Dorset Council has been explaining to residents and businesses how it is reducing its carbon footprint throughout the construction and maintenance processes of its highways network.
Here’s what they had to say:
“We’re making a positive impact on our carbon footprint through the way we construct and maintain roads in Dorset.
In response to the Climate and Ecological Emergency, we have set the ambitious goal of becoming a carbon-neutral council by 2040.
Here are some of the ways we are reducing emissions from our Highways service and helping protect our natural environment.
Low energy road surfaces
Asphalt is the tarmac-like surface you see on roads. It’s a mixture of aggregates (crushed
rock and sand) and other binding materials. It is also used for car parks, pavements, and other surfaces.
Previously, asphalt needed to be heated at a very high temperature to reach the right consistency. Now, by using an additive with the asphalt at manufacture, we can lay it at a much lower temperature, and use more in one visit. This enables faster completion of resurfacing works, minimising time on site for contractors and disruption for motorists and, of course, saves money by using less energy.
Typically, conventional asphalt is produced at around 190 degrees Celsius. Low energy asphalt is effective at 40 degrees less, reducing carbon emissions by around 15%.
We’ve worked closely with our partners, Hanson UK, to develop use of this product in Dorset and are one of the first councils in the UK to use it on a large scale. Government says if all authorities switched to low energy asphalt, 61,000 tonnes of carbon (the equivalent of 300 million miles of car journeys) could be saved every year.
We’ve installed a new all-electric container, known as a hotbox, at our Charminster Highways depot to keep asphalt hot while it is stored.
It is the first all-electric asphalt storage hotbox in the UK, further reducing the council’s carbon emissions.
It’s powered by an array of solar panels on our Charminster depot roof, making welcome financial savings, at a time when energy prices are soaring.
Keeping the asphalt stored at a consistent hot temperature enables our crews to take what they need to carry out local pothole and patching work.
The hotbox has replaced our depot’s propane gas-powered container that became inefficient due to heat loss, and increasingly expensive as gas prices rise.
When in use, it runs 24 hours a day, seven days a week using a maximum of four electric elements. It doesn’t use much more energy than a kettle and its purchase price was the same as new gas-powered box.
Using the power of the sun to keep moving
We have an array of 415 solar panels on our Charminster depot roof, made possible thanks to funding secured from the Salix’s Public Sector Decarbonisation Scheme. The Charminster scheme is one of more than 100 Dorset Council solar panel projects to benefit from this £19 million of central government funding.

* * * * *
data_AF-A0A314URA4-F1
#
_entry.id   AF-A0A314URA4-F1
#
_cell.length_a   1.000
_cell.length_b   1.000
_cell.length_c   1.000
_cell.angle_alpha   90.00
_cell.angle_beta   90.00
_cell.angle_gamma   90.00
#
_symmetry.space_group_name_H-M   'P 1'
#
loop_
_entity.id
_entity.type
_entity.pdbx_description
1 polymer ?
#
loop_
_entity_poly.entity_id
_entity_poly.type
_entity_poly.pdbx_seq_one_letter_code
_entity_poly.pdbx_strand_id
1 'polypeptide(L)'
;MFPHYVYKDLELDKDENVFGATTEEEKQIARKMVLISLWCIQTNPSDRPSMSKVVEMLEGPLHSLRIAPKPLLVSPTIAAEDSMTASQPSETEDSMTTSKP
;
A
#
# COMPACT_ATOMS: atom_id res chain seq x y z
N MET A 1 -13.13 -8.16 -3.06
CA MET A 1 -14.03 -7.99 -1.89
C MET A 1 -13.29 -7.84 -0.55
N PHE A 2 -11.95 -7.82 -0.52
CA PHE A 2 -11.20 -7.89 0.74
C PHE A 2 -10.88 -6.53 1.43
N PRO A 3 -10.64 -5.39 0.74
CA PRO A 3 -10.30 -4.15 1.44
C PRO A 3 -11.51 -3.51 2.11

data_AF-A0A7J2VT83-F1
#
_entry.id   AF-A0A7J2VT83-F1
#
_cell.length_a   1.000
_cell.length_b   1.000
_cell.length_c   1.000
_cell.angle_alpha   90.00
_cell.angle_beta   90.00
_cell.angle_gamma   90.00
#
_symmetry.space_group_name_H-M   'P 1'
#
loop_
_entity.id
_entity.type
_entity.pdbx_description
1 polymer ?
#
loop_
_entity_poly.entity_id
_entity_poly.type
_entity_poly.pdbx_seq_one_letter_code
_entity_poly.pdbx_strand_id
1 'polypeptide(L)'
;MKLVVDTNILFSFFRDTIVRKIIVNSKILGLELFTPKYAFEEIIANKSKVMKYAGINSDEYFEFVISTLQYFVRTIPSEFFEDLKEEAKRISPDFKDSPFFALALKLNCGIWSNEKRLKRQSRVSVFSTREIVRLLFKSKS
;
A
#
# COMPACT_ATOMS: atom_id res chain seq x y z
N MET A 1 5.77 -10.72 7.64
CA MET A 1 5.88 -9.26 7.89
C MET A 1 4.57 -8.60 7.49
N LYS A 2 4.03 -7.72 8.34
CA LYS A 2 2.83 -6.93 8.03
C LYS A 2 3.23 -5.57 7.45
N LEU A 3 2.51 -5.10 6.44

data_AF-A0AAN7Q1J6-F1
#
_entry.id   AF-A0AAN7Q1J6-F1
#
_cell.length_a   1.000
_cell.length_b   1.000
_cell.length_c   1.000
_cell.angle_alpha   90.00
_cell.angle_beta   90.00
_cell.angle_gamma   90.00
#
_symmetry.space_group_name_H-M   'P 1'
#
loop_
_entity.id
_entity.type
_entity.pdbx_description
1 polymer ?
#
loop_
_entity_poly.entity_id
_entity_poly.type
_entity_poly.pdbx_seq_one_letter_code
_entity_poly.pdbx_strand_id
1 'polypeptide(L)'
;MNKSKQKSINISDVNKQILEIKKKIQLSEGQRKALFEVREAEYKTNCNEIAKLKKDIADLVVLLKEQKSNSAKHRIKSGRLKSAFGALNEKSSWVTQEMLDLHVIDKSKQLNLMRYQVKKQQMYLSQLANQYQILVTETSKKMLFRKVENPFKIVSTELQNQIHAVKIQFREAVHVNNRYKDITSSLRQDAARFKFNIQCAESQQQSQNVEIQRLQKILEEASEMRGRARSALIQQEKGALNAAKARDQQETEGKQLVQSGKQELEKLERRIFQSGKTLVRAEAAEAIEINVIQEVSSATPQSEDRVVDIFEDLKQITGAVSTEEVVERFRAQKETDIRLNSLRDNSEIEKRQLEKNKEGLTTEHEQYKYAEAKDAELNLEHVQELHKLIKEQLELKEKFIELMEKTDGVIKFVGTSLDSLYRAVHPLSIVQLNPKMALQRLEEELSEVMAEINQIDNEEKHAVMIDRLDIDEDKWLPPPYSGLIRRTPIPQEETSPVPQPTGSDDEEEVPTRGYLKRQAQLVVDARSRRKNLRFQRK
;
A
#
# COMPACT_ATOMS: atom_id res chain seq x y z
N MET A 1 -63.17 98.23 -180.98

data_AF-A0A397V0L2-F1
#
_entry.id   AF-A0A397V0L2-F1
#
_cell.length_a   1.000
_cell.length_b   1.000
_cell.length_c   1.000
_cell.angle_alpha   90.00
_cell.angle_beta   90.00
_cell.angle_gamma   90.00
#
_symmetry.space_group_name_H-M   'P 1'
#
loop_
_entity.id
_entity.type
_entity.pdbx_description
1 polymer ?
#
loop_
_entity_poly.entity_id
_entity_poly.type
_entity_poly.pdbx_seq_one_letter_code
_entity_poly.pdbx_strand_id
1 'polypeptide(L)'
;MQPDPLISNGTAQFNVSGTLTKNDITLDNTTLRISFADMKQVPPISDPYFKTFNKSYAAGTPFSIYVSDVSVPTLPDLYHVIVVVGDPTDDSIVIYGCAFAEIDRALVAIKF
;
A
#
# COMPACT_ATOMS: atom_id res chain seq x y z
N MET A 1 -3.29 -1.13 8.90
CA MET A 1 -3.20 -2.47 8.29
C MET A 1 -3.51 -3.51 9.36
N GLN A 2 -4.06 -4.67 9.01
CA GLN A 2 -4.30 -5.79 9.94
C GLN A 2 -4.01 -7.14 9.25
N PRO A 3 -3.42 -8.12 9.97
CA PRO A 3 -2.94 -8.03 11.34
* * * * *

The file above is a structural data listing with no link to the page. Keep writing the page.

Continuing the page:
This renewable energy, costing nothing to generate, is used to charge the depot’s growing electric vehicle fleet and power tools, and help power its buildings.
Excess energy generated by the solar array is fed back into the National Grid. We still need to use some electricity from the National Grid during the night when no solar energy is being generated. However, our next step towards energy self-sufficiency at the depot is investment in battery storage so we can store the excess energy generated during the day to use at night.
Government grant funding has also benefited over 100 of our properties, including schools, to improve energy efficiency with measures such as insulation and highly efficient replacement heating systems.
Recycling our way to high quality resurfacing
Traditionally, we sold our old road surface materials or re-used it as a lower quality coarse base material in highway maintenance projects. Now, thanks to new processes, it can be remade as a high-quality material for our roads.
Our partners Allasso Recycling based in Corfe Mullen can reprocess used material by developing a cold process. This saves energy, and by recycling we’re not taking valuable resources away from our environment.
Last year, we used over 14,000 tonnes of this sustainable surfacing. This is an increase of 8,000 tonnes on both the previous two years. Accelerating the use of sustainable surfacing contributes towards our carbon reduction objectives.
You can read more about the steps we are taking to tackle the Climate and Ecological Emergency (CEE) on our social media pages, and by visiting the CEE section of the Dorset Council website.